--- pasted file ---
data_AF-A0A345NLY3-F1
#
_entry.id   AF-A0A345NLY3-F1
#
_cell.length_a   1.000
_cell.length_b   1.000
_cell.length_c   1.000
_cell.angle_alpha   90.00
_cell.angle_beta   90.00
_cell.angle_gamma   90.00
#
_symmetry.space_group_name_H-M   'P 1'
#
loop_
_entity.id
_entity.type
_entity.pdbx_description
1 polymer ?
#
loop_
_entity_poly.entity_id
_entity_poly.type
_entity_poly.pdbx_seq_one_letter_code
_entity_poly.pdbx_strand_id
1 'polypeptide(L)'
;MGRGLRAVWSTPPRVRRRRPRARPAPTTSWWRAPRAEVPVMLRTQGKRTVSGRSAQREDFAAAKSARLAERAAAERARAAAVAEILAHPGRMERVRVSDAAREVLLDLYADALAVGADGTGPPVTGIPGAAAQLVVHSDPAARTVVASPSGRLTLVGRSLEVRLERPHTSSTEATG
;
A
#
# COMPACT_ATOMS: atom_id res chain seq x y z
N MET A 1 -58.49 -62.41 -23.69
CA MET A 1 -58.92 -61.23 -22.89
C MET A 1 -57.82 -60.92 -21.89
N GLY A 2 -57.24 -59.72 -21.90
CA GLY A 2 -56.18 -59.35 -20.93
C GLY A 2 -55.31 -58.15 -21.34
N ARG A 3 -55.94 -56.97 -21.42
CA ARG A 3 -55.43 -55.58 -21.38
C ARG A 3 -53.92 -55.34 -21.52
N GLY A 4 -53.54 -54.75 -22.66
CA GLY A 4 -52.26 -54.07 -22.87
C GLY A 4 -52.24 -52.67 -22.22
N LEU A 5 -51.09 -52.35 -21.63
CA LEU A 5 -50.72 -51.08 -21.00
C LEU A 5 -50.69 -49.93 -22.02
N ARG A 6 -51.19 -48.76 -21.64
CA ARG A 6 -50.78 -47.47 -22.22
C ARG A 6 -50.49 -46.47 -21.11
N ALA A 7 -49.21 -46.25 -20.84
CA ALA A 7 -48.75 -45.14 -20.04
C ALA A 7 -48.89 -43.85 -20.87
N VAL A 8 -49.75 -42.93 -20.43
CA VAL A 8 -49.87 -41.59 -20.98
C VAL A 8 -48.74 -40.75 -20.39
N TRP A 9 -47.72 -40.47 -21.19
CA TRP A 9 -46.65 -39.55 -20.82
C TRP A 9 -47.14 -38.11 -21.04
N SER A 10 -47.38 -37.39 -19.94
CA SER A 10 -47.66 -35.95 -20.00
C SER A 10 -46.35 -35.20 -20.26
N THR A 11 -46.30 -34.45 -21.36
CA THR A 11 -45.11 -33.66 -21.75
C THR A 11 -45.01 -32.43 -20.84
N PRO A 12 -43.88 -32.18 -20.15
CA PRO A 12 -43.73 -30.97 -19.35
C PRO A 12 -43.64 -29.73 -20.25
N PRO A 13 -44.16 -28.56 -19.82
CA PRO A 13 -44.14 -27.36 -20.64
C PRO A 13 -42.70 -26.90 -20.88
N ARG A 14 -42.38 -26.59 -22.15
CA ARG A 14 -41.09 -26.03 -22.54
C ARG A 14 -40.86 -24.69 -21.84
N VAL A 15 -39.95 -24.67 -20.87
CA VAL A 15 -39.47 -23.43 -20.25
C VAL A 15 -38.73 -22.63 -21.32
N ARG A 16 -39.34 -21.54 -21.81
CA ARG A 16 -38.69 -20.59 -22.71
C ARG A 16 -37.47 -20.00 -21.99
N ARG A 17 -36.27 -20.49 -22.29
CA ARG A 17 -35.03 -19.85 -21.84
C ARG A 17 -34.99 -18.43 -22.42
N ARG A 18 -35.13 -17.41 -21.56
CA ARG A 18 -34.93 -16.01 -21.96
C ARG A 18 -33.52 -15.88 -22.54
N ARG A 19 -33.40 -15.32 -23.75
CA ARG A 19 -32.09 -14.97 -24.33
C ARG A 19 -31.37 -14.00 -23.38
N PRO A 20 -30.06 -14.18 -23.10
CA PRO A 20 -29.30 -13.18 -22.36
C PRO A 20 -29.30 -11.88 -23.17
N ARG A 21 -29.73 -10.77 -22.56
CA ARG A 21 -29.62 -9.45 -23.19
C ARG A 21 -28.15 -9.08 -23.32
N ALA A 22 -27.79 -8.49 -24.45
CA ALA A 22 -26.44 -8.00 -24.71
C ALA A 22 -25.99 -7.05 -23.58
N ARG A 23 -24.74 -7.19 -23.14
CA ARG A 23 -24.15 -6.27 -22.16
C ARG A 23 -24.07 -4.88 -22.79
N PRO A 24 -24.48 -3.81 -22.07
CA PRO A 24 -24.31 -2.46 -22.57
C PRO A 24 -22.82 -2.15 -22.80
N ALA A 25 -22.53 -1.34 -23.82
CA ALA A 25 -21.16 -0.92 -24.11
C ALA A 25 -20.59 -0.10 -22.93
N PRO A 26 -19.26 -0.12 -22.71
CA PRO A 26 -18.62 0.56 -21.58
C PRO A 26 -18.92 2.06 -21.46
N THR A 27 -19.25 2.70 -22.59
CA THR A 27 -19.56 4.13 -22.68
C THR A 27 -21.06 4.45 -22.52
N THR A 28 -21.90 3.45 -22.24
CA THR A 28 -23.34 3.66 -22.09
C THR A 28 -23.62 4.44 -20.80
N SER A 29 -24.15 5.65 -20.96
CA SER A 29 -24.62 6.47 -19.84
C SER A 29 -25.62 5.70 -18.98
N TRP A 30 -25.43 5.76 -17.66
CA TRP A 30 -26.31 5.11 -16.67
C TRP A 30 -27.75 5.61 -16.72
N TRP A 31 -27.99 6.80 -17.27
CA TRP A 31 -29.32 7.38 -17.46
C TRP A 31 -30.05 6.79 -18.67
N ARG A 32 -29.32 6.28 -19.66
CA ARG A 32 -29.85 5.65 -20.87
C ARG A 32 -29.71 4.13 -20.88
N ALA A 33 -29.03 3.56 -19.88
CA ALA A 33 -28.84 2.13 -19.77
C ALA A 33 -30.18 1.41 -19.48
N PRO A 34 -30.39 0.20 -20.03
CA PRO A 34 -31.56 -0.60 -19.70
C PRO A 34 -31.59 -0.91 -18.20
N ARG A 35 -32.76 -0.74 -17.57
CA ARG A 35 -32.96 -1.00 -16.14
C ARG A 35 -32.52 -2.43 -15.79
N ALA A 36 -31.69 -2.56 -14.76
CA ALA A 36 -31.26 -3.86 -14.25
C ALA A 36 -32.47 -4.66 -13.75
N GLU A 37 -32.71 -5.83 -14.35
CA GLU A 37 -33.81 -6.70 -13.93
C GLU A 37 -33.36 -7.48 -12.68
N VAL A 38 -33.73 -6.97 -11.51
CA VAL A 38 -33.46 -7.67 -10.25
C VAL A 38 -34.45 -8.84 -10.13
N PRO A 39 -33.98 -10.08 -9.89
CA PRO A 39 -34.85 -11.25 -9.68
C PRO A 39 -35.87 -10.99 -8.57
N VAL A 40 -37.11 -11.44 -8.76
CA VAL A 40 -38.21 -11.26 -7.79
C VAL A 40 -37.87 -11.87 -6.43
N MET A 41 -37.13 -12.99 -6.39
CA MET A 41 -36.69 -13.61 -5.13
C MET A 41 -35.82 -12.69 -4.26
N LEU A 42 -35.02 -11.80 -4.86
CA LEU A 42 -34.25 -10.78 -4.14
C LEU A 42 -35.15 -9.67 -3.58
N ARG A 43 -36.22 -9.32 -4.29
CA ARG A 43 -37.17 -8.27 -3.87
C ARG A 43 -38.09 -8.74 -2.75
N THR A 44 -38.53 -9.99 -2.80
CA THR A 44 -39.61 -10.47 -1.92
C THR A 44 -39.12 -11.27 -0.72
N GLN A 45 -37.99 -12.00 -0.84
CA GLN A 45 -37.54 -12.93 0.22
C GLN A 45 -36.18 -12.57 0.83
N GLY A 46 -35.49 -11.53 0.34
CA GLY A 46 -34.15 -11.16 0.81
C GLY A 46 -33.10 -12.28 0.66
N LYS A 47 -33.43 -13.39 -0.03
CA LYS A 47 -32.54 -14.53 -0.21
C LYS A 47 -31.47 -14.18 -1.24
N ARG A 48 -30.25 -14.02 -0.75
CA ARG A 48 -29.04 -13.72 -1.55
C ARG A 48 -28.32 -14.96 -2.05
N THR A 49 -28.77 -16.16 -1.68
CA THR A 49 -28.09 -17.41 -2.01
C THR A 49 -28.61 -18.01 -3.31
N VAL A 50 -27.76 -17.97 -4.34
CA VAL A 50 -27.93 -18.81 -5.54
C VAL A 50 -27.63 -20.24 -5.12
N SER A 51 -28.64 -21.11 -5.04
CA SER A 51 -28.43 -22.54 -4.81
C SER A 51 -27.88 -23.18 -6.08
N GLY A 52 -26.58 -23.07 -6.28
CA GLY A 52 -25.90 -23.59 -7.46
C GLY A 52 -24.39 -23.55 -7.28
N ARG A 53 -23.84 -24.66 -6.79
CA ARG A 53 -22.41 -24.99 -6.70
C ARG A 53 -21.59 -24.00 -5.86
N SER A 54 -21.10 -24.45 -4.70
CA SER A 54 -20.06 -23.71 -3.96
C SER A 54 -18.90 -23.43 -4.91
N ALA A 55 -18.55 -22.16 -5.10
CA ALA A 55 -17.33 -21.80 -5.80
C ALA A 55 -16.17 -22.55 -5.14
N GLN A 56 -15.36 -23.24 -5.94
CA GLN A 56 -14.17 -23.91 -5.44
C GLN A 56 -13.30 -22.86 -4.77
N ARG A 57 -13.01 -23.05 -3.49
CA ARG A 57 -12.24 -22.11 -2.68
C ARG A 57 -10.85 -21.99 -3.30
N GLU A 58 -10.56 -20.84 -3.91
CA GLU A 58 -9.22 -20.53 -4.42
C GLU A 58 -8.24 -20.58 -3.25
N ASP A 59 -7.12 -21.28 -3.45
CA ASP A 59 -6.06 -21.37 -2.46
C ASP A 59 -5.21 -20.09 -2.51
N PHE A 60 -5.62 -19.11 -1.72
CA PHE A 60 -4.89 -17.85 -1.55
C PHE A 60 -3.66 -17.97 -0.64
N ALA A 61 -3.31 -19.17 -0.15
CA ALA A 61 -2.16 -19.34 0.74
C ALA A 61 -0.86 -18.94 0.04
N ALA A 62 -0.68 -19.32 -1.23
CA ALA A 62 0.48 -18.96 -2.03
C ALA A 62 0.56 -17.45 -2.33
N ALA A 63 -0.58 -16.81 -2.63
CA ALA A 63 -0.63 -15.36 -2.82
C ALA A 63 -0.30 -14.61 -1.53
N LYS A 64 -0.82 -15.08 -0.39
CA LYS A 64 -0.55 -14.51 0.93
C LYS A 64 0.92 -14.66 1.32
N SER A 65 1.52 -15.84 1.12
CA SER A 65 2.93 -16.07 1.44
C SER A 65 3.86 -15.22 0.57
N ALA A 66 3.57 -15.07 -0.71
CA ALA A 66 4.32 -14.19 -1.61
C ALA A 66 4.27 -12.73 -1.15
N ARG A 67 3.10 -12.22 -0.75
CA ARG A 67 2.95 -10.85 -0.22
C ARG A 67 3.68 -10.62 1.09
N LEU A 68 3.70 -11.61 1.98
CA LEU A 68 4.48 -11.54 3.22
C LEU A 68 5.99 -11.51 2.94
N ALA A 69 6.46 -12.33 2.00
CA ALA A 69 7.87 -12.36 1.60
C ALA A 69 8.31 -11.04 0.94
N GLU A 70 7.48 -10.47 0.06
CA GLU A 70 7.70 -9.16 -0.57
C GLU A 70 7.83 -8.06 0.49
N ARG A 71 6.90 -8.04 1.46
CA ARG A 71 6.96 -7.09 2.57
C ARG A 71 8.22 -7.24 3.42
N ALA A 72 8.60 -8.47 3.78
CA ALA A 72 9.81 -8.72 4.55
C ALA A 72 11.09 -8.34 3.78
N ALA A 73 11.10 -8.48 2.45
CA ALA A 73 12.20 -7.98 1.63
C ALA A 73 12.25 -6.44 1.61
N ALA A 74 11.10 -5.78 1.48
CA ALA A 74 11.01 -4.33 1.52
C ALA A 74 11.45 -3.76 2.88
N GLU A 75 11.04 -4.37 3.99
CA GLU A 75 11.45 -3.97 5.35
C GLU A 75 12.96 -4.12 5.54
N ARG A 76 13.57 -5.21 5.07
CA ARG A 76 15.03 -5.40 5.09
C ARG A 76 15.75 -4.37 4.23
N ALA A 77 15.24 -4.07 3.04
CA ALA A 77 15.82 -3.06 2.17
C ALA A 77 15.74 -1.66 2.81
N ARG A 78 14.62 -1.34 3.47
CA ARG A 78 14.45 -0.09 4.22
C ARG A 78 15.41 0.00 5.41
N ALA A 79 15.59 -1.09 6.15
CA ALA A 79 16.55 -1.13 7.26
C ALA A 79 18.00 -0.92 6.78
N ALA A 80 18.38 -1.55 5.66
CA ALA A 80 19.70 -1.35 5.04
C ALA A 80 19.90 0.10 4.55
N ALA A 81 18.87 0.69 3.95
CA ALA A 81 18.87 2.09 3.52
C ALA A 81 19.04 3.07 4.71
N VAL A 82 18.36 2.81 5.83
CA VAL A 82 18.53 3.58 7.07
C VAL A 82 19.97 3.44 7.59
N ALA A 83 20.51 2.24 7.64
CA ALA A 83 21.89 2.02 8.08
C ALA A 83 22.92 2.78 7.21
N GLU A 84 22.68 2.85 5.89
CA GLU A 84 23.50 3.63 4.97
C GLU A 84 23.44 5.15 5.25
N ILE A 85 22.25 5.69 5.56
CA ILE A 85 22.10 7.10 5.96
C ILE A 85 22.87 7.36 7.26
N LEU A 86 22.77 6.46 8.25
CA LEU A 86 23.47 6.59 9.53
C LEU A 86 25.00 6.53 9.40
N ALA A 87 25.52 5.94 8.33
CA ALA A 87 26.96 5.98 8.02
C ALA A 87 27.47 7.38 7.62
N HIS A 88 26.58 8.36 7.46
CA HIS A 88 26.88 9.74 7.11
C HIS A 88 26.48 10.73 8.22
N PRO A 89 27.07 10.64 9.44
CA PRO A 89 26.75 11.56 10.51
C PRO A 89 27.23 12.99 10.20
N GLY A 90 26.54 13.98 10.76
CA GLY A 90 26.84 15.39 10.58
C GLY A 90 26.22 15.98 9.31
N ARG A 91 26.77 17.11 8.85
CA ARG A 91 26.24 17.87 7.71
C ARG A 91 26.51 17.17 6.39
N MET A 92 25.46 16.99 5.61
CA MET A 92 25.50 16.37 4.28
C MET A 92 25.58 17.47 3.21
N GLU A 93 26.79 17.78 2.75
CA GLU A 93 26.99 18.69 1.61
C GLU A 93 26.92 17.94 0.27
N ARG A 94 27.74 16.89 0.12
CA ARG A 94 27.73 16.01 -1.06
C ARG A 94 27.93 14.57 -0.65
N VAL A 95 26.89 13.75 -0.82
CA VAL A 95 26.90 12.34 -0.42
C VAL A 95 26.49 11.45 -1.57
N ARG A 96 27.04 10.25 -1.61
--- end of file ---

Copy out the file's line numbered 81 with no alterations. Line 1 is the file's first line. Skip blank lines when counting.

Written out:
C ARG A 17 -34.99 -18.43 -22.42